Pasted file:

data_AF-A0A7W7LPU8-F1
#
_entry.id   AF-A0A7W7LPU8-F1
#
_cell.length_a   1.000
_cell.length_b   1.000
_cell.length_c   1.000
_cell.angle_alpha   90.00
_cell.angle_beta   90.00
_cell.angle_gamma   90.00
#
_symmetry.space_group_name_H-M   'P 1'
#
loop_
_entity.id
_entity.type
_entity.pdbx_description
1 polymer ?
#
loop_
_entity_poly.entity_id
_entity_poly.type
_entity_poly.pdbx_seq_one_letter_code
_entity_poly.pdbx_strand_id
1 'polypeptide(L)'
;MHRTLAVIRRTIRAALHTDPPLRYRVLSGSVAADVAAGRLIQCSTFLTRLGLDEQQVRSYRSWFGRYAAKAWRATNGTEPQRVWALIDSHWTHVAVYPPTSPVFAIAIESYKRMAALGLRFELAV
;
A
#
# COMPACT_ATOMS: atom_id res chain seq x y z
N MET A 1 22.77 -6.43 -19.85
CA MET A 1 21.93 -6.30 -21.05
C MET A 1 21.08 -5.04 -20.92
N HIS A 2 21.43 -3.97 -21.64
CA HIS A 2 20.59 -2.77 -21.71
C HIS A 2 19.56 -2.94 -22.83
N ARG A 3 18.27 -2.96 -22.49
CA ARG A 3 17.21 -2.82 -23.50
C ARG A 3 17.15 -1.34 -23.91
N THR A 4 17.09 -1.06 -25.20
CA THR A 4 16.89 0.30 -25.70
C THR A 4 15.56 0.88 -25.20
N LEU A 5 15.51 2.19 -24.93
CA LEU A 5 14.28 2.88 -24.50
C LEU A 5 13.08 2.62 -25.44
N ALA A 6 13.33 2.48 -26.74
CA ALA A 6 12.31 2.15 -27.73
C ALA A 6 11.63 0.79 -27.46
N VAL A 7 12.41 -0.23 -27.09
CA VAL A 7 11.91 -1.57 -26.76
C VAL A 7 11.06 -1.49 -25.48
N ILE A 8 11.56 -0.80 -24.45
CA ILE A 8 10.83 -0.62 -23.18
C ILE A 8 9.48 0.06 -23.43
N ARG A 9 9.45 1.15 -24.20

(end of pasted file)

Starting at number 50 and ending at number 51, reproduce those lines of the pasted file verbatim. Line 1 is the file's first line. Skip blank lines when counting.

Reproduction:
CA VAL A 7 11.91 -1.57 -26.76
C VAL A 7 11.06 -1.49 -25.48